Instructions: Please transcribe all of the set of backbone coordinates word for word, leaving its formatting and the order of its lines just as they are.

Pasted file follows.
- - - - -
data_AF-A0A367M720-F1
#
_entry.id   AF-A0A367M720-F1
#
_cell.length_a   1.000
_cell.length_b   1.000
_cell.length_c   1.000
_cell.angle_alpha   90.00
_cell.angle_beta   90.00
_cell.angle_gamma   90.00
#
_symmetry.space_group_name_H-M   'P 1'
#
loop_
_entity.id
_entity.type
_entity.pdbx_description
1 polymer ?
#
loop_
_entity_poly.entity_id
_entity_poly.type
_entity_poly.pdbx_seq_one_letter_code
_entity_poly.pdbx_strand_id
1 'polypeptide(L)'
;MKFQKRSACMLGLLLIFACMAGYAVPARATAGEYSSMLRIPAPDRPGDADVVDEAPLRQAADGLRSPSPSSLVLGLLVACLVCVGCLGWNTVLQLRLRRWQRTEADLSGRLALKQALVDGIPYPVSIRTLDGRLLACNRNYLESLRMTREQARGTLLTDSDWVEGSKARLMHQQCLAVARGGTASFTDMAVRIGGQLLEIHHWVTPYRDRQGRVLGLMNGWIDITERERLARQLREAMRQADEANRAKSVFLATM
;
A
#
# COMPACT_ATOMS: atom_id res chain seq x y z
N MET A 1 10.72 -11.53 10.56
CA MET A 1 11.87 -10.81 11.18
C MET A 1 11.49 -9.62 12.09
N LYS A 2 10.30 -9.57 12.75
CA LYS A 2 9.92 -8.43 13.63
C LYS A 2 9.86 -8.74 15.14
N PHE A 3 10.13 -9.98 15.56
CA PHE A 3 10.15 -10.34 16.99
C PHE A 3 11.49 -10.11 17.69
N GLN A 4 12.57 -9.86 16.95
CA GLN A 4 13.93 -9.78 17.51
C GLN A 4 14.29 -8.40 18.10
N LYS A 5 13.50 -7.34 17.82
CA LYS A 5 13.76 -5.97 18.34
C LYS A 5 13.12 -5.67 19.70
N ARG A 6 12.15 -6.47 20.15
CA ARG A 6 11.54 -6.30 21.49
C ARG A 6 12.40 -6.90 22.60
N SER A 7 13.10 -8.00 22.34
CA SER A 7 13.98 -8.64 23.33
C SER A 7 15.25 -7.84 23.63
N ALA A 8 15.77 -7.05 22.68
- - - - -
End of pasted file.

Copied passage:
data_AF-A0A367M720-F1
#
_entry.id   AF-A0A367M720-F1
#
_cell.length_a   1.000
_cell.length_b   1.000
_cell.length_c   1.000
_cell.angle_alpha   90.00
_cell.angle_beta   90.00
_cell.angle_gamma   90.00
#
_symmetry.space_group_name_H-M   'P 1'
#
loop_
_entity.id
_entity.type
_entity.pdbx_description
1 polymer ?
#
loop_
_entity_poly.entity_id
_entity_poly.type
_entity_poly.pdbx_seq_one_letter_code
_entity_poly.pdbx_strand_id
1 'polypeptide(L)'
;MKFQKRSACMLGLLLIFACMAGYAVPARATAGEYSSMLRIPAPDRPGDADVVDEAPLRQAADGLRSPSPSSLVLGLLVACLVCVGCLGWNTVLQLRLRRWQRTEADLSGRLALKQALVDGIPYPVSIRTLDGRLLACNRNYLESLRMTREQARGTLLTDSDWVEGSKARLMHQQCLAVARGGTASFTDMAVRIGGQLLEIHHWVTPYRDRQGRVLGLMNGWIDITERERLARQLREAMRQADEANRAKSVFLATM
;
A
#
# COMPACT_ATOMS: atom_id res chain seq x y z
N MET A 1 10.72 -11.53 10.56
CA MET A 1 11.87 -10.81 11.18
C MET A 1 11.49 -9.62 12.09
N LYS A 2 10.30 -9.57 12.75
CA LYS A 2 9.92 -8.43 13.63
C LYS A 2 9.86 -8.74 15.14
N PHE A 3 10.13 -9.98 15.56
CA PHE A 3 10.15 -10.34 16.99
C PHE A 3 11.49 -10.11 17.69
N GLN A 4 12.57 -9.86 16.95
CA GLN A 4 13.93 -9.78 17.51
C GLN A 4 14.29 -8.40 18.10
N LYS A 5 13.50 -7.34 17.82
CA LYS A 5 13.76 -5.97 18.34
C LYS A 5 13.12 -5.67 19.70
N ARG A 6 12.15 -6.47 20.15
CA ARG A 6 11.54 -6.30 21.49
C ARG A 6 12.40 -6.90 22.60
N SER A 7 13.10 -8.00 22.34
CA SER A 7 13.98 -8.64 23.33
C SER A 7 15.25 -7.84 23.63
N ALA A 8 15.77 -7.05 22.68